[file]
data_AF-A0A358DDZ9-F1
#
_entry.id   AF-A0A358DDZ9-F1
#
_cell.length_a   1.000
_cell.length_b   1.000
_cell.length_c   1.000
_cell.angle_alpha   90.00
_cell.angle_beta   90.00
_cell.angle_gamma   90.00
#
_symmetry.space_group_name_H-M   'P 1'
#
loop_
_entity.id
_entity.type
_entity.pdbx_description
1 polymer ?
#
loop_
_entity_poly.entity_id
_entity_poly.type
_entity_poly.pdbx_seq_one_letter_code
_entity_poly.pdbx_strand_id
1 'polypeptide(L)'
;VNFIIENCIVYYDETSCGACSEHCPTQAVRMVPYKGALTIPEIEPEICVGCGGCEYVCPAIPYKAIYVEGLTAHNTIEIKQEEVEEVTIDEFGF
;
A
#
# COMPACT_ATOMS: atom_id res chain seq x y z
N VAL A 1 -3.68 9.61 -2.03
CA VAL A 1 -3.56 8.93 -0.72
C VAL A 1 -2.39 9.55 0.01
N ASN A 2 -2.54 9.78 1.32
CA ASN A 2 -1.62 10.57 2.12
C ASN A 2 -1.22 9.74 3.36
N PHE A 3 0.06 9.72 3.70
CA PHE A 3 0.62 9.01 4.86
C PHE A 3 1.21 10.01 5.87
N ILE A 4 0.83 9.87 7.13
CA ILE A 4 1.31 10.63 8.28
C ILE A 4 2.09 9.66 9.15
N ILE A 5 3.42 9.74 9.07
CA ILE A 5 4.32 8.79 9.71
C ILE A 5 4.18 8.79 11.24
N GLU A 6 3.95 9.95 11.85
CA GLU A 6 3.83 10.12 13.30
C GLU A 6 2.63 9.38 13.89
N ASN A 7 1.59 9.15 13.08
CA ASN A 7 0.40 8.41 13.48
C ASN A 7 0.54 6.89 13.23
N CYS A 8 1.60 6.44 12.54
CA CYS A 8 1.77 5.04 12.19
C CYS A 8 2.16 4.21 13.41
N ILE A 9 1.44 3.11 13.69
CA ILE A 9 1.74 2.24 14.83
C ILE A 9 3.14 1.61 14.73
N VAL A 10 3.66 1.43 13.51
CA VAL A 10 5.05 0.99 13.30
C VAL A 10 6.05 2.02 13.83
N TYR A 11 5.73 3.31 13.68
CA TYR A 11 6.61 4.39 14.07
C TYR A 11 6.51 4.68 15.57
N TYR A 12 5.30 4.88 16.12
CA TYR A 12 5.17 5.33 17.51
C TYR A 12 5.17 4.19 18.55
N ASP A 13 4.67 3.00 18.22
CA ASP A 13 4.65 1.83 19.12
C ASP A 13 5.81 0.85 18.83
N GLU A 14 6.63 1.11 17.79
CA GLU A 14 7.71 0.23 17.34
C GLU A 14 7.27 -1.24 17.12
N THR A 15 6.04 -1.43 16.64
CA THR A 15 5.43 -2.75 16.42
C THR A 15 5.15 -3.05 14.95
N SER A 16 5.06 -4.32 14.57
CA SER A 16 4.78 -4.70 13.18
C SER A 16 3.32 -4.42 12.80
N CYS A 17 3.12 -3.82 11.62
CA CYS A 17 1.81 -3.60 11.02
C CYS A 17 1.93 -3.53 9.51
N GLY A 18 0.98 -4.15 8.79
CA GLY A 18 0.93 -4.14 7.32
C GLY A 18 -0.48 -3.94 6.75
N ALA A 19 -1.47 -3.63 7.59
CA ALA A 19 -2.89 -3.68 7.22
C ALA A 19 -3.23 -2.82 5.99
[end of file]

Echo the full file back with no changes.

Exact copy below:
data_AF-A0A358DDZ9-F1
#
_entry.id   AF-A0A358DDZ9-F1
#
_cell.length_a   1.000
_cell.length_b   1.000
_cell.length_c   1.000
_cell.angle_alpha   90.00
_cell.angle_beta   90.00
_cell.angle_gamma   90.00
#
_symmetry.space_group_name_H-M   'P 1'
#
loop_
_entity.id
_entity.type
_entity.pdbx_description
1 polymer ?
#
loop_
_entity_poly.entity_id
_entity_poly.type
_entity_poly.pdbx_seq_one_letter_code
_entity_poly.pdbx_strand_id
1 'polypeptide(L)'
;VNFIIENCIVYYDETSCGACSEHCPTQAVRMVPYKGALTIPEIEPEICVGCGGCEYVCPAIPYKAIYVEGLTAHNTIEIKQEEVEEVTIDEFGF
;
A
#
# COMPACT_ATOMS: atom_id res chain seq x y z
N VAL A 1 -3.68 9.61 -2.03
CA VAL A 1 -3.56 8.93 -0.72
C VAL A 1 -2.39 9.55 0.01
N ASN A 2 -2.54 9.78 1.32
CA ASN A 2 -1.62 10.57 2.12
C ASN A 2 -1.22 9.74 3.36
N PHE A 3 0.06 9.72 3.70
CA PHE A 3 0.62 9.01 4.86
C PHE A 3 1.21 10.01 5.87
N ILE A 4 0.83 9.87 7.13
CA ILE A 4 1.31 10.63 8.28
C ILE A 4 2.09 9.66 9.15
N ILE A 5 3.42 9.74 9.07
CA ILE A 5 4.32 8.79 9.71
C ILE A 5 4.18 8.79 11.24
N GLU A 6 3.95 9.95 11.85
CA GLU A 6 3.83 10.12 13.30
C GLU A 6 2.63 9.38 13.89
N ASN A 7 1.59 9.15 13.08
CA ASN A 7 0.40 8.41 13.48
C ASN A 7 0.54 6.89 13.23
N CYS A 8 1.60 6.44 12.54
CA CYS A 8 1.77 5.04 12.19
C CYS A 8 2.16 4.21 13.41
N ILE A 9 1.44 3.11 13.69
CA ILE A 9 1.74 2.24 14.83
C ILE A 9 3.14 1.61 14.73
N VAL A 10 3.66 1.43 13.51
CA VAL A 10 5.05 0.99 13.30
C VAL A 10 6.05 2.02 13.83
N TYR A 11 5.73 3.31 13.68
CA TYR A 11 6.61 4.39 14.07
C TYR A 11 6.51 4.68 15.57
N TYR A 12 5.30 4.88 16.12
CA TYR A 12 5.17 5.33 17.51
C TYR A 12 5.17 4.19 18.55
N ASP A 13 4.67 3.00 18.22
CA ASP A 13 4.65 1.83 19.12
C ASP A 13 5.81 0.85 18.83
N GLU A 14 6.63 1.11 17.79
CA GLU A 14 7.71 0.23 17.34
C GLU A 14 7.27 -1.24 17.12
N THR A 15 6.04 -1.43 16.64
CA THR A 15 5.43 -2.75 16.42
C THR A 15 5.15 -3.05 14.95
N SER A 16 5.06 -4.32 14.57
CA SER A 16 4.78 -4.70 13.18
C SER A 16 3.32 -4.42 12.80
N CYS A 17 3.12 -3.82 11.62
CA CYS A 17 1.81 -3.60 11.02
C CYS A 17 1.93 -3.53 9.51
N GLY A 18 0.98 -4.15 8.79
CA GLY A 18 0.93 -4.14 7.32
C GLY A 18 -0.48 -3.94 6.75
N ALA A 19 -1.47 -3.63 7.59
CA ALA A 19 -2.89 -3.68 7.22
C ALA A 19 -3.23 -2.82 5.99